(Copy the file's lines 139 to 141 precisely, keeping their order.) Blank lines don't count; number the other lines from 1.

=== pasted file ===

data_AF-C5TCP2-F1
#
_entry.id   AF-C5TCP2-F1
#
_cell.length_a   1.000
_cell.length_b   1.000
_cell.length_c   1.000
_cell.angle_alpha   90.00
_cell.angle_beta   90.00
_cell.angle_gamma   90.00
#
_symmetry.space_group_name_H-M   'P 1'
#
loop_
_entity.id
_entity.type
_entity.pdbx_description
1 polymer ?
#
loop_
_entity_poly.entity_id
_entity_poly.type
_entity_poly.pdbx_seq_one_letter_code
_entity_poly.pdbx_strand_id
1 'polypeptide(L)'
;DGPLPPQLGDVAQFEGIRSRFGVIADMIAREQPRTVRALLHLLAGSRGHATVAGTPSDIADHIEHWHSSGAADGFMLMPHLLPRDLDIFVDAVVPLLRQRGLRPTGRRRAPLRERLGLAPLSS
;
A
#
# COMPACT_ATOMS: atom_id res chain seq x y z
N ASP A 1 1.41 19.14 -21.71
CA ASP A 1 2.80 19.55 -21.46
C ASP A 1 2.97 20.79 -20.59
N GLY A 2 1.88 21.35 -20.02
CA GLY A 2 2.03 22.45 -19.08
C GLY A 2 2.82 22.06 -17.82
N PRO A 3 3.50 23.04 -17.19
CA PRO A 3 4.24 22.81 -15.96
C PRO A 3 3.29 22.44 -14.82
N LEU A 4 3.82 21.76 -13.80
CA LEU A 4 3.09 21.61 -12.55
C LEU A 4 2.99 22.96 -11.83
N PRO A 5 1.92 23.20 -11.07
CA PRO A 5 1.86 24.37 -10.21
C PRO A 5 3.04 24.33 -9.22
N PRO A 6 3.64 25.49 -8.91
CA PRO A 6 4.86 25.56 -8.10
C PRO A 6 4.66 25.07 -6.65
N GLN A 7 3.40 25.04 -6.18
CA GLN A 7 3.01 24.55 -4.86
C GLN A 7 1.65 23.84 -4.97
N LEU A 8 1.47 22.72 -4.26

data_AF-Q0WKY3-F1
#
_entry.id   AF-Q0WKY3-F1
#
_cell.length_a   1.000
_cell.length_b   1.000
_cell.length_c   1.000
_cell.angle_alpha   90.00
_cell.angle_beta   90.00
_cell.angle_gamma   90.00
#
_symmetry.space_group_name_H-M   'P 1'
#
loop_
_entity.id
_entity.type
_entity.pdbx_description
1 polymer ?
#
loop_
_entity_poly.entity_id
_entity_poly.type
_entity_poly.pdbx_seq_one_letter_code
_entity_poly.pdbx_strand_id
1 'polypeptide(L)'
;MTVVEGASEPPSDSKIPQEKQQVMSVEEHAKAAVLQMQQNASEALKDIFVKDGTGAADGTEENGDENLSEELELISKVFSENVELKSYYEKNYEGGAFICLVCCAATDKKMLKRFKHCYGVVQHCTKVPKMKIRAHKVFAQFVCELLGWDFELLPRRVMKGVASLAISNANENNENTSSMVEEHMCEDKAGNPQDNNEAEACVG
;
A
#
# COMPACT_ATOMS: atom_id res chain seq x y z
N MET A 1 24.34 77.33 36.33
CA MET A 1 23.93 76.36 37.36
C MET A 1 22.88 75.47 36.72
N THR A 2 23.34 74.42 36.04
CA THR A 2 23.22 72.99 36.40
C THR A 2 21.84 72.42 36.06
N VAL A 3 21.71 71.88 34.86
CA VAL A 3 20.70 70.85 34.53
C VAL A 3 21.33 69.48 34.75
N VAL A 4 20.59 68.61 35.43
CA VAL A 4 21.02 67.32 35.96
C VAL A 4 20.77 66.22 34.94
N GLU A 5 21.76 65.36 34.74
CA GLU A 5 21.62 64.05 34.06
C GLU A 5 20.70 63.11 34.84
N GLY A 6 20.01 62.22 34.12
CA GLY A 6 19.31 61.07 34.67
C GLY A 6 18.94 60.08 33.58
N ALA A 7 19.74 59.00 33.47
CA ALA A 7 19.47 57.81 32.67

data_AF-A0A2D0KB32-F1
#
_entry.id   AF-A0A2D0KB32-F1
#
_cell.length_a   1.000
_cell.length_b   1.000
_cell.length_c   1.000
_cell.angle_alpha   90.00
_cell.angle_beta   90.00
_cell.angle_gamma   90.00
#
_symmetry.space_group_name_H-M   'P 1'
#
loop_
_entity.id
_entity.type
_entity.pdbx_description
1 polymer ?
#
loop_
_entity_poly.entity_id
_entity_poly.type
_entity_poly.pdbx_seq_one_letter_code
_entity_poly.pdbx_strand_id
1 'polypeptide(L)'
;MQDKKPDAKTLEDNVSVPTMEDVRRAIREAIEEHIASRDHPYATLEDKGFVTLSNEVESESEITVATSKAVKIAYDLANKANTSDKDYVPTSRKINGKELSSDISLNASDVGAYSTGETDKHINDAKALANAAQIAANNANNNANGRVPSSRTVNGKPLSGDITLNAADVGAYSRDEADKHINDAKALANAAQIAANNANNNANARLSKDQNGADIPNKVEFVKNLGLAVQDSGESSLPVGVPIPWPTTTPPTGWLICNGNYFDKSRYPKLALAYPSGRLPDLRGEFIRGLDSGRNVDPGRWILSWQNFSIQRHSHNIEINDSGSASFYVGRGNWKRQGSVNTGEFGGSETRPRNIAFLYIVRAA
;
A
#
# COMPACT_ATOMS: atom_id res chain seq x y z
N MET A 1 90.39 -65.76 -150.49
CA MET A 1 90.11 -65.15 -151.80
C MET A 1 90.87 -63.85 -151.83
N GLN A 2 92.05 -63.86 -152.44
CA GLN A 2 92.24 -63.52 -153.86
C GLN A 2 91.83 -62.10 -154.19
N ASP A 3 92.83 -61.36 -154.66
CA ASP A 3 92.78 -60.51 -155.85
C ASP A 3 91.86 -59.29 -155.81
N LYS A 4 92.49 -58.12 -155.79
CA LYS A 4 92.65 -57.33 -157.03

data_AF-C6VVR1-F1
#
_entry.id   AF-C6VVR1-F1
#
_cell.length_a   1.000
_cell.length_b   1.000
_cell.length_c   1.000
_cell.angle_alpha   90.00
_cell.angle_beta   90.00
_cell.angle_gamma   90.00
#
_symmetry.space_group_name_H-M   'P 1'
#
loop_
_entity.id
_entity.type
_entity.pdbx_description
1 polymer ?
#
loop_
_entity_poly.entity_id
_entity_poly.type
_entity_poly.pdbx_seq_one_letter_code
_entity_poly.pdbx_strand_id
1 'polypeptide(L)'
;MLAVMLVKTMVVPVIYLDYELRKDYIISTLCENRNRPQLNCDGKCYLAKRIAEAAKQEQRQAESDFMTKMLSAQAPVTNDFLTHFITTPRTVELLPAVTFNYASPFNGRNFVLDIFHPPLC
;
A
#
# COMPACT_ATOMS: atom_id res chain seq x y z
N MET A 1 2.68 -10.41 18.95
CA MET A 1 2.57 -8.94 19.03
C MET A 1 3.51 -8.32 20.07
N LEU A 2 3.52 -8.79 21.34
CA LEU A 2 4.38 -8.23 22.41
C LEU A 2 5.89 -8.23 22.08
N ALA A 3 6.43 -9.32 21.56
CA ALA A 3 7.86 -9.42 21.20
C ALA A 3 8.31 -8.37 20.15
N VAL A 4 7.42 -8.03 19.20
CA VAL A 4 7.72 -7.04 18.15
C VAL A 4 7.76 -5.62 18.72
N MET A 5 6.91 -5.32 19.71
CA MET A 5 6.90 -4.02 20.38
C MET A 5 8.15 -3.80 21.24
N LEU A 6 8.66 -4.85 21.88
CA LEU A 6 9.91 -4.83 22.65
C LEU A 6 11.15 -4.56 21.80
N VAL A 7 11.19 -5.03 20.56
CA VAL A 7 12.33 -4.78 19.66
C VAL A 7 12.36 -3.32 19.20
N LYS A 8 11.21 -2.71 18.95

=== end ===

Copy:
N ASP A 3 92.83 -61.36 -154.66
CA ASP A 3 92.78 -60.51 -155.85
C ASP A 3 91.86 -59.29 -155.81